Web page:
Denne grafen er laget av Nate Silver ved ‘FiveThirtyEight’ bloggen, en politisk/statistisk blogg nylig kjøpt av NY Times. Grafen viser de siste 10 årene med sysselsettingsrapporter fra Bureau of Labour Statistics i USA. Deretter gjør han et Google News søk og finner hva økonomer forventet før hver rapport og finner deretter ut om de var for optimistiske eller pessimistiske.
With the larger sample size, we can now say almost without question that the jobs creation estimates put forward by economists have been biased upward. Negative surprises have been about twice as common as positive ones over the past 12 years.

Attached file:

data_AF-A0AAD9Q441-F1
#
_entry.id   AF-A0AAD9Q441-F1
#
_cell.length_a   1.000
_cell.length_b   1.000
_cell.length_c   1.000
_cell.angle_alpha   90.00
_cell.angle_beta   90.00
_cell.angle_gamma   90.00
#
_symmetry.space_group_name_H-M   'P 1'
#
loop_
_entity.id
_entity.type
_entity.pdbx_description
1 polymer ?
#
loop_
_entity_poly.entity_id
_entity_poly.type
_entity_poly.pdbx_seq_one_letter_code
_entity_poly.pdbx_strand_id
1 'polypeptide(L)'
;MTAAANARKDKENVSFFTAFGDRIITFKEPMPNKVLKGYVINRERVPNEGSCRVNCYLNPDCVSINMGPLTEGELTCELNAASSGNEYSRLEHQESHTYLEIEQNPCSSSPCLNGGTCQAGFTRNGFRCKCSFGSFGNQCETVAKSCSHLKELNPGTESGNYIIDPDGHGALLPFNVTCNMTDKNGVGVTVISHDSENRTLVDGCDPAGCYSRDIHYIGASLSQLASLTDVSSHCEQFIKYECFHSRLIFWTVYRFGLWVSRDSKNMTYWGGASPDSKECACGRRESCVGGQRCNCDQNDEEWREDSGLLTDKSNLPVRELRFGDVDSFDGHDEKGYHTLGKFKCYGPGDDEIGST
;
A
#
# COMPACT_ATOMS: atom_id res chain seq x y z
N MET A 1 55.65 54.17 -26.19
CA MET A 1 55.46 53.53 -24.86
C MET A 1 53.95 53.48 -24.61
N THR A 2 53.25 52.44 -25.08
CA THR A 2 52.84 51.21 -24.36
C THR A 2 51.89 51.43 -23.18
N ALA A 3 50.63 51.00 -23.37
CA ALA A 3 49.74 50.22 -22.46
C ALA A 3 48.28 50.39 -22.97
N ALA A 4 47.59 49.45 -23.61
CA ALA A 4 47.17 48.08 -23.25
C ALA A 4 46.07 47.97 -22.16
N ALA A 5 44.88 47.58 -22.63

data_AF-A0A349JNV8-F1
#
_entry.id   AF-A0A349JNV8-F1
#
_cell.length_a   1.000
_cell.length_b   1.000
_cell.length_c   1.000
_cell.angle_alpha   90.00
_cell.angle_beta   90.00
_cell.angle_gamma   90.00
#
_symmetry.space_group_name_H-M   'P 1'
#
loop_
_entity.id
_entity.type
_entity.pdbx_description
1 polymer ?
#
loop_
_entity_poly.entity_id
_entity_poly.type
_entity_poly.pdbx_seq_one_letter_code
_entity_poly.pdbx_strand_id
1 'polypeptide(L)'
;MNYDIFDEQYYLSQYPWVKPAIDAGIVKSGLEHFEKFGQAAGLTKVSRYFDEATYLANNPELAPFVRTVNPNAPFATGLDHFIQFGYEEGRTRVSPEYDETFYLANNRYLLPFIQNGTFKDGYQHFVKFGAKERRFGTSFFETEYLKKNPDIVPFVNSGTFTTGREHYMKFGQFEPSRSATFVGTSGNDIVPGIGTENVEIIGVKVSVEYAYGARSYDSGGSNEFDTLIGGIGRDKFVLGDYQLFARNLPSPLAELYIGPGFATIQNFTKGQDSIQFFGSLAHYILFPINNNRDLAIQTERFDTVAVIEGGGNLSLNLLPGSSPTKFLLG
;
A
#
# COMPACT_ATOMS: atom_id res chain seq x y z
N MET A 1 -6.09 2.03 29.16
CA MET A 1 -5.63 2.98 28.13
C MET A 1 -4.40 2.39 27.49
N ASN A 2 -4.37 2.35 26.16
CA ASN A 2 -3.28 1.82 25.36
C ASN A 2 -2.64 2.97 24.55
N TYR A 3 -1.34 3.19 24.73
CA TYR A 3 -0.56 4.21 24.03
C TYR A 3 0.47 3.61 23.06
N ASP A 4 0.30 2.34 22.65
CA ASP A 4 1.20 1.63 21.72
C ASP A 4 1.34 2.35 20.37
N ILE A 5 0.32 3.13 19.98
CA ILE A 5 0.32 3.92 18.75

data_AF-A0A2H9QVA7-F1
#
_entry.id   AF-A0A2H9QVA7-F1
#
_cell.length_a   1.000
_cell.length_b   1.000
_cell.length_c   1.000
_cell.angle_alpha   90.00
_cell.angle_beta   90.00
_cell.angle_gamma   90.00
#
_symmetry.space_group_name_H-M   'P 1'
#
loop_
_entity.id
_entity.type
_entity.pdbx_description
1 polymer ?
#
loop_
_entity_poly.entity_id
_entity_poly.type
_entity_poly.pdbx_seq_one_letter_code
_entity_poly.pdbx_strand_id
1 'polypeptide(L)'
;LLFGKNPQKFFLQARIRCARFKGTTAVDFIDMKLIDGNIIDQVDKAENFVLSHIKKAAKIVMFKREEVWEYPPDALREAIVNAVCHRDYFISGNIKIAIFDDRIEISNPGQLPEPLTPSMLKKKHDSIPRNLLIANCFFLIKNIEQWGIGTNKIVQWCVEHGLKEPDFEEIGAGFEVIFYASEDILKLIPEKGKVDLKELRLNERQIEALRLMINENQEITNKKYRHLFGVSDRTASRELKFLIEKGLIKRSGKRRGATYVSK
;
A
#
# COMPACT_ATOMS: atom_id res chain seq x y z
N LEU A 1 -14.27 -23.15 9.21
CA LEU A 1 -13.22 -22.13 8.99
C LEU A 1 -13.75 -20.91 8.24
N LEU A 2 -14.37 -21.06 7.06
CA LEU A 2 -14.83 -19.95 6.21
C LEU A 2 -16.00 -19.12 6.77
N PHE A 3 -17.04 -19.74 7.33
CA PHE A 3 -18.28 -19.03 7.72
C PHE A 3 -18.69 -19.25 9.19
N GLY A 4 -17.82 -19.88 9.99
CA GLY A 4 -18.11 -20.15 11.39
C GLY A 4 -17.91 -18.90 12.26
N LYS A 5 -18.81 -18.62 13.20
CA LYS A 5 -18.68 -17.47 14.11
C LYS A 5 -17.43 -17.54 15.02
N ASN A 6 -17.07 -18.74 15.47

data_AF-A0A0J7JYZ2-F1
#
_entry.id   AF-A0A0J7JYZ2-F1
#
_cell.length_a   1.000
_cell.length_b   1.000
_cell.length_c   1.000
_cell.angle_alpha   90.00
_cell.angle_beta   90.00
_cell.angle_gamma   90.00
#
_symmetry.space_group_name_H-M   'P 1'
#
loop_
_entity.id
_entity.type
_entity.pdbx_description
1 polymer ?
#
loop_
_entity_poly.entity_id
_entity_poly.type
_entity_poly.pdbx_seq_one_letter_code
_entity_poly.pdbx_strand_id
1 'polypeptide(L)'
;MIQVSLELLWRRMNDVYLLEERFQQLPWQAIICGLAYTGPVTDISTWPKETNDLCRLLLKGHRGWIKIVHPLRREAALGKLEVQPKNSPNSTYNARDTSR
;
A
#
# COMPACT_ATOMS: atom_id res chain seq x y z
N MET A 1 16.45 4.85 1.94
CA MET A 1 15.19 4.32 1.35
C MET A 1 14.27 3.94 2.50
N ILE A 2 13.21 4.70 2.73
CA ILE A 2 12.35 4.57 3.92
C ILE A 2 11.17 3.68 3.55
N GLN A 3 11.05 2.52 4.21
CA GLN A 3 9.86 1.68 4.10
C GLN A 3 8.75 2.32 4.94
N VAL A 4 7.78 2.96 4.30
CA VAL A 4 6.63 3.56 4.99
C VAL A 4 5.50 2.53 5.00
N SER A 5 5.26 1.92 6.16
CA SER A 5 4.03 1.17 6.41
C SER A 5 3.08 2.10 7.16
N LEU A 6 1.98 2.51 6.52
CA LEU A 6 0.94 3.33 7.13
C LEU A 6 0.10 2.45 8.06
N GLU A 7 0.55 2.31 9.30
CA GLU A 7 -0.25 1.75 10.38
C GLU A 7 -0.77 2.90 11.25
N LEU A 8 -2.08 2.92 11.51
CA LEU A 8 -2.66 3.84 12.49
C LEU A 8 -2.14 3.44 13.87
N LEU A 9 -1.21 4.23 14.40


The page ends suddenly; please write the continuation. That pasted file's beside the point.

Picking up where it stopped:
What’s interesting is that this pattern is fairly persistent across time: the study covers portions of three expansions and two recessions, and the optimism bias is present in all five periods. If anything, it’s gotten a little bit milder recently: economists were especially flummoxed when the jobs engine of the 1990s began to screech to a halt at the start of the 2000s.
The error in economists’ forecasts of the payrolls number, and the error in the figure as originally reported by the government versus the revised number, tend to have a compounding effect. Since 2000, economists’ initial estimate of job growth has been off by an average of 90,000 jobs as compared with the revised figure. That implies that when you see an economist’s forecast of monthly job growth, it has a 95 percent confidence interval of plus or minus 232,000 jobs.
Når økonomien svinger mer enn vanlig, er også ‘feilene’ større.
Kan du tenke andre områder av økonomien vi kan utvide denne tankegangen til?